Paper No. 3
Presentation Time: 8:00 AM-5:30 PM
DETECTION AND ANALYSIS OF GAS AND ASH CLOUDS FROM PACAYA, FUEGO AND SANTIAGUITO VOLCANOES, GUATEMALA, USING SATELLITE IMAGES FROM OMI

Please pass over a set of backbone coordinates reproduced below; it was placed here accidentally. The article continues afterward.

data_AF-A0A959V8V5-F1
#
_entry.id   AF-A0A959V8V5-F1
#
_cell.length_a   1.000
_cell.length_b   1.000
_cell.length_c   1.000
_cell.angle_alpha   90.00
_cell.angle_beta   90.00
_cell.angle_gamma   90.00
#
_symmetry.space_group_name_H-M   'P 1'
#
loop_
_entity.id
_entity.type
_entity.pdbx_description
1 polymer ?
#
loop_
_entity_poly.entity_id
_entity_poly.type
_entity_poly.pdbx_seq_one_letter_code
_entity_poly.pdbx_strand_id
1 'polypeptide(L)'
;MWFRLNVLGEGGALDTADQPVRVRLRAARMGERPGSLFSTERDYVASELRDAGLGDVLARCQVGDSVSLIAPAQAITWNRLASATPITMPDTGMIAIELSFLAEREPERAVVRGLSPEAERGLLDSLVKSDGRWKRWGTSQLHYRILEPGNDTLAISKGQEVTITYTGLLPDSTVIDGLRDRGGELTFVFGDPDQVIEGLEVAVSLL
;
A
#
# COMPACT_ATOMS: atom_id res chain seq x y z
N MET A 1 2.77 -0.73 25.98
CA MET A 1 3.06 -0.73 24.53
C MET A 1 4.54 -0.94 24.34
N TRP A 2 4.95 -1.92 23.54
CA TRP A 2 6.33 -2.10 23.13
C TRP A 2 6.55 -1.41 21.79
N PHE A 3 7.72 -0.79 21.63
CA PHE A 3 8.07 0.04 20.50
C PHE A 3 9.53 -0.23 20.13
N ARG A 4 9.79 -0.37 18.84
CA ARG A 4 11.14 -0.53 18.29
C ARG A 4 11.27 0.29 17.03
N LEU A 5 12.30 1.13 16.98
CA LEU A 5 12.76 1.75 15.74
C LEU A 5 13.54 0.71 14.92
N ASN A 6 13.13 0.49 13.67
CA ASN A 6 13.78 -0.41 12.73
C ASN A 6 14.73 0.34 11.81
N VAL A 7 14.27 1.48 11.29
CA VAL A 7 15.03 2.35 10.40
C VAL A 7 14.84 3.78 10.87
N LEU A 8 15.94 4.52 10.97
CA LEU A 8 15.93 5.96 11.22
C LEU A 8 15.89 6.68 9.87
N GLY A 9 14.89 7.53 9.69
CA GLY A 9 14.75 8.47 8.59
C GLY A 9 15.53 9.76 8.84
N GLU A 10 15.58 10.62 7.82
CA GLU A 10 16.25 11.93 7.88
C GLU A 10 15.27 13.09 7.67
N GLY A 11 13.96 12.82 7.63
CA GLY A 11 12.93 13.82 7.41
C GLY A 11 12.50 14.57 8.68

Monitoring volcanic emissions is crucial to understand volcanic behavior and the different influences these materials exert over the atmosphere, the land and on human health. Studying SO2 emissions through remote sensing techniques with sensors such as the Ozone Monitoring Instrument (OMI) is economically beneficial and work-wise efficient since it can be done for extended periods of time with the analyst in a safe place, away from risk. The SO2 emission trends in this study showed in general that there was an increase in SO2 before eruptions and a decrease later on. The average SO2 fluxes for Pacaya, Fuego, and Santiaguito volcanoes were 750 tonnes per day (t/d), 259 t/d, and 660 t/d, respectively. The highest flux was measured at Pacaya volcano, with 23 kilotons per day emitted on May 29, 2010. Although Pacaya showed the highest flux during the eruptive period, based on the data and comparing with previous fluxes, Fuego is the most consistent SO2 emitter of the Guatemalan volcanoes, since it is constantly degassing detectable fluxes of SO2, which was not observed for either Pacaya or Santiaguito volcanoes. Ash is also a very important volcanic material that needs to be detected due the risk it poses over crops (by damaging them), that could consequently affect livestock, as well as interrupting air traffic. Aerosol Indices (AI) were used to detect ash content in plumes and although some showed moderately good results, in general, most AIs were poor at detecting ash.